Of course, the big question is whether this has had any positive impact in the quality of democracy, the very intention behind the participatory initiative in Barcelona.

Available open documentation suggests that has increased the information access of the citizens, has gathered more citizens around key issues. There has been an increase of participation, with citizen created proposals that have been widely supported and legitimated and finally accepted to be part of the municipality strategic plan. As pluralism has been enhanced without damaging the existing social capital, we can only think that the increase of participation has led to an improvement of democratic processes, especially in bolstering legitimacy around decision making.

This can be summarized in four key points:

  • Deliberation becomes the new democracy standard.
  • Openness as the pre-requisite for deliberation.

  • Accountability and legislative footprint as an important by-product to achieve legitimacy.

  • Participation leads to more pluralism and stronger social capital, which fosters deliberation, thus closing the (virtuous) circle of deliberative democracy.

Although the scheme may be simple, we believe that it already features most of the components of a new democratic participation in the digital age. What remains to be measured and analyzed is the strength and stability of the new relationships of power and how exactly these will challenge the preceding systemic structures and lead to newer ones.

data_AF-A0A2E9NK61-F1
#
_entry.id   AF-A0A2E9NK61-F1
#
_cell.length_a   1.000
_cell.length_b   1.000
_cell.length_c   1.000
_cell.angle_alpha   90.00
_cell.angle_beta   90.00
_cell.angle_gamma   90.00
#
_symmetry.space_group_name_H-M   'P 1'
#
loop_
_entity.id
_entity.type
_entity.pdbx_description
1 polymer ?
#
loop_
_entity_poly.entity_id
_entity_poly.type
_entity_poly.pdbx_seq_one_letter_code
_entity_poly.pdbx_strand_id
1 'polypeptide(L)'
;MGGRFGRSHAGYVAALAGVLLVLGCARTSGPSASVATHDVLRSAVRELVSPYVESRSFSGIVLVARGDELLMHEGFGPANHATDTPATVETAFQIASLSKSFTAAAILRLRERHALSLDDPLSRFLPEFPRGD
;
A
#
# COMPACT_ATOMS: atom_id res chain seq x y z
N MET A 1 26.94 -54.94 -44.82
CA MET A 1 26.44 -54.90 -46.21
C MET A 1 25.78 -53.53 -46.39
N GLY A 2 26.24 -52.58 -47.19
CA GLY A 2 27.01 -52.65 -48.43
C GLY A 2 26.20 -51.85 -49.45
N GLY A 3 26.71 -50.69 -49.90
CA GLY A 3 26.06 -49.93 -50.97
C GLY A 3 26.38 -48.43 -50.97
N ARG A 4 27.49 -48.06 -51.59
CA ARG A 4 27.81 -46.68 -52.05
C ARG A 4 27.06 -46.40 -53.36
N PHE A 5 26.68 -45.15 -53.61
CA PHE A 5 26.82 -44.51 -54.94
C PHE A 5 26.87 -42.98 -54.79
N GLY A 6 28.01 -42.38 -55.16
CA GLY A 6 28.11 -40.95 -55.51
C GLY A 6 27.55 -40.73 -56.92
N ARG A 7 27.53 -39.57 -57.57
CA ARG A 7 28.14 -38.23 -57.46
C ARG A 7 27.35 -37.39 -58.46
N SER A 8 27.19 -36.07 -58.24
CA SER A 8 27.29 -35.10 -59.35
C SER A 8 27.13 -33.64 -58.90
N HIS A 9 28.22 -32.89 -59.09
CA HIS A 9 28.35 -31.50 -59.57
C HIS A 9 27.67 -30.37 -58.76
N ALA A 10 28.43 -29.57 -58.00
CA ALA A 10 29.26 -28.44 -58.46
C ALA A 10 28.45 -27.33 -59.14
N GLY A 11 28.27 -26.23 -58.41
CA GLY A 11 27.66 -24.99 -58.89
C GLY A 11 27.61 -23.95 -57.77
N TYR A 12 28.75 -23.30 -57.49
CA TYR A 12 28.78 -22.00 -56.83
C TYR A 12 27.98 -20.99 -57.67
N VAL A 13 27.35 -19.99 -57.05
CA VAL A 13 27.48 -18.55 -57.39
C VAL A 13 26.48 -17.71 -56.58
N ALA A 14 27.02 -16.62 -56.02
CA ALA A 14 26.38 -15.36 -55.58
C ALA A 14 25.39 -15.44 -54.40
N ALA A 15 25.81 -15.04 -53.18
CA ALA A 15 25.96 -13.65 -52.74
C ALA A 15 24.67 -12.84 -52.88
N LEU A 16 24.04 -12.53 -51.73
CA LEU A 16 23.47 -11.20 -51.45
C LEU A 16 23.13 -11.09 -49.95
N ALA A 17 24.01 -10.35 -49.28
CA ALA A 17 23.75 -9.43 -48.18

Although some aspects have been identified in what relates to new relationships between citizens and organizations and institutions, and in what relates to the creation of new tacit communities, para-organizations relational spaces, the real trend and hypothetical final scenario will only become clear after several iterations of the same project evolve in a continuum of participation, radically different from existing, discrete participatory structures.

What has already been measured is the impact both at the quantitative level and on the culture of the organization of the City Council.

The culture of participation was scarce and mainly dealt with managing the support of the citizen in top-down type initiatives. Changing the mindset implied turning upside-down, many of the departments and processes of the City Council: new coordination structures, new balances between the central administration and the districts’, need to speed up the slow tempos of the Administration, manage public-private partnerships (that had to be coordinated too), enable private-private coordination and, in general, increase the workload.

Although the platform and the project in general changed the way of working, and changed it for good by contributing to visualize the work of the public servants, one of the main conclusions reinforces the old saying – democracy is not cheap.